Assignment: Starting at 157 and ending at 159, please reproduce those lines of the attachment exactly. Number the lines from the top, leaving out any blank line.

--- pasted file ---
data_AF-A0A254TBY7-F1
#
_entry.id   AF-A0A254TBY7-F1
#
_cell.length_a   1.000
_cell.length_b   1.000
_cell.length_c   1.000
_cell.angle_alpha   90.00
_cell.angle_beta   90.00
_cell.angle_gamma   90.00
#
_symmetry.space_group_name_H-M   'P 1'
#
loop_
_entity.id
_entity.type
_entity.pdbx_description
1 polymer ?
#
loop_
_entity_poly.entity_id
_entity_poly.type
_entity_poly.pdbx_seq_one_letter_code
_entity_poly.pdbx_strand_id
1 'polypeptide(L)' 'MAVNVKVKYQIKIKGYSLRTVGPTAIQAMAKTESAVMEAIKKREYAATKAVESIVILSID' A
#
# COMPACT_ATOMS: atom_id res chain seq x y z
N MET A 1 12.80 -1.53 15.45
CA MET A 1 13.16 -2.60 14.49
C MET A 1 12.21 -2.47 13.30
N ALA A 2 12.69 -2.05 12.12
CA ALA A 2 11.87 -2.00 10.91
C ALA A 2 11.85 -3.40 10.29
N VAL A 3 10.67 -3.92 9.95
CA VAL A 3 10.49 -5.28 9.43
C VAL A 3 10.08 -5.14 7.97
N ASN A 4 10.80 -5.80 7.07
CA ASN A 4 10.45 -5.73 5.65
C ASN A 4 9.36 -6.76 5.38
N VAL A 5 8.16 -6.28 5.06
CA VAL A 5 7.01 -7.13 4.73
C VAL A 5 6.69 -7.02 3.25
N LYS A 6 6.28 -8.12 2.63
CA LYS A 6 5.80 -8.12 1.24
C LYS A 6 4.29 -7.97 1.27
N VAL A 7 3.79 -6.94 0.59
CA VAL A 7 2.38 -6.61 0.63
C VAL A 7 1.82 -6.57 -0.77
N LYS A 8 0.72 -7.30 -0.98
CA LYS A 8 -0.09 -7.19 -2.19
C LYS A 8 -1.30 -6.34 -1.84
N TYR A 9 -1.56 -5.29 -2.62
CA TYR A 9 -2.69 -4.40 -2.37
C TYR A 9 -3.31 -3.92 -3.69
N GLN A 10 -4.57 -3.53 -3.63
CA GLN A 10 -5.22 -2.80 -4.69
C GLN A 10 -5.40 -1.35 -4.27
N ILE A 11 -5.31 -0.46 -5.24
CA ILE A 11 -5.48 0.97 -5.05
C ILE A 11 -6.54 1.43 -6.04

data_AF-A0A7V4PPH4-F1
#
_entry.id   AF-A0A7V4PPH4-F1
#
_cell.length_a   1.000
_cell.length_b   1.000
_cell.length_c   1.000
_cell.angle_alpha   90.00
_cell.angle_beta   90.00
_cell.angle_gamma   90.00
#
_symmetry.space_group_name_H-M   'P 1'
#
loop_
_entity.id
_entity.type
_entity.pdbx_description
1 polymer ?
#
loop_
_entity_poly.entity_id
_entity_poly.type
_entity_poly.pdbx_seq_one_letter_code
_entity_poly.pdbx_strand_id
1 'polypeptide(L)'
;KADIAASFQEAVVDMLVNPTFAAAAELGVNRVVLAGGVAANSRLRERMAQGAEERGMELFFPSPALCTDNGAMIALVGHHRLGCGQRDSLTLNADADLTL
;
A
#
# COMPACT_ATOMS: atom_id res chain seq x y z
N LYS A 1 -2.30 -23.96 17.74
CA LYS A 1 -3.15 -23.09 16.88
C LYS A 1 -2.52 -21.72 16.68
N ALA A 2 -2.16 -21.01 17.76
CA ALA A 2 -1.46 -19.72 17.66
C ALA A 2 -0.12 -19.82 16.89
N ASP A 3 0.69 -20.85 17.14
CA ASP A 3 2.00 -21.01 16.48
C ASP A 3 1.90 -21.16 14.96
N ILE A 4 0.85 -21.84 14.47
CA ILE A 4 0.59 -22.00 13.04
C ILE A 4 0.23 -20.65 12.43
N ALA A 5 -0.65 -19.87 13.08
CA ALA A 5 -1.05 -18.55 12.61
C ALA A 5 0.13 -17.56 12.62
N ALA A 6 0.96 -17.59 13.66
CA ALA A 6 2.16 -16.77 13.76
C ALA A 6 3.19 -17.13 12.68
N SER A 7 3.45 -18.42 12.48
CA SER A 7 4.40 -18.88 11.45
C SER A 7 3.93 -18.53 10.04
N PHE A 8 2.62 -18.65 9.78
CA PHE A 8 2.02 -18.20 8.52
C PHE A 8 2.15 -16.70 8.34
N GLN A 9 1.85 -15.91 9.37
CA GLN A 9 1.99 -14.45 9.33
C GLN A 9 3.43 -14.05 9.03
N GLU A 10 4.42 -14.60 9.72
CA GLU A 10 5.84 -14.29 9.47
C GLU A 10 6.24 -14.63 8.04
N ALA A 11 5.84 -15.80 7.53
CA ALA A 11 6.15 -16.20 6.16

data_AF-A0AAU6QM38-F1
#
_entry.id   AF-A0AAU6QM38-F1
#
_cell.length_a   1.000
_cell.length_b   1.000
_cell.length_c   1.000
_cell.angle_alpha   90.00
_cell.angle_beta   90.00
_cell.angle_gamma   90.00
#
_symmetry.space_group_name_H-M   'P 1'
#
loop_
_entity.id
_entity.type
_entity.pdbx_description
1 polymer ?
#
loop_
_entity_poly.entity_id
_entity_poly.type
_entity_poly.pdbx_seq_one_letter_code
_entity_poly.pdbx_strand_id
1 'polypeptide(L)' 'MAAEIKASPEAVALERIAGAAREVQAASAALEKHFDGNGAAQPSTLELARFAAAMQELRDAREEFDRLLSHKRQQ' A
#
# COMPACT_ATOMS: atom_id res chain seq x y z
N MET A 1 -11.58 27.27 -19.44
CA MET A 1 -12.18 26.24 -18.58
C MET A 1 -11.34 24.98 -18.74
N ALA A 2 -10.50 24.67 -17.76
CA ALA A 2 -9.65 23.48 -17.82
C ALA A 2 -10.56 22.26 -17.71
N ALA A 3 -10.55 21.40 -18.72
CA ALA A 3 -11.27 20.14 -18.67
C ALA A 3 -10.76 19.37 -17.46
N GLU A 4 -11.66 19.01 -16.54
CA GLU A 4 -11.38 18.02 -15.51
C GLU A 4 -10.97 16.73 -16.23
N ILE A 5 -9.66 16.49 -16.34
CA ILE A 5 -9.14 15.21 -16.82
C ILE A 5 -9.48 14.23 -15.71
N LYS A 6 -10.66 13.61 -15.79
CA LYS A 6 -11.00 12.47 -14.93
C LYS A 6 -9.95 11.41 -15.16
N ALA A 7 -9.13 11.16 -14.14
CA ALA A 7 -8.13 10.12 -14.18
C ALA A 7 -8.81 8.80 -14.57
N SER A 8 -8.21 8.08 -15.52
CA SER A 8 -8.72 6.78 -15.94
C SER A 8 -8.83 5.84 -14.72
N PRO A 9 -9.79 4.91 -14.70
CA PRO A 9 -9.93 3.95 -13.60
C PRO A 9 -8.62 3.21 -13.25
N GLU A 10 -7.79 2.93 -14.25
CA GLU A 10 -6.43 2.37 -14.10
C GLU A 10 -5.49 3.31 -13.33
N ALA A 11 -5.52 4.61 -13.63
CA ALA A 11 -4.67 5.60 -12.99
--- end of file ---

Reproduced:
CA ALA A 3 -11.27 20.14 -18.67
C ALA A 3 -10.76 19.37 -17.46
N GLU A 4 -11.66 19.01 -16.54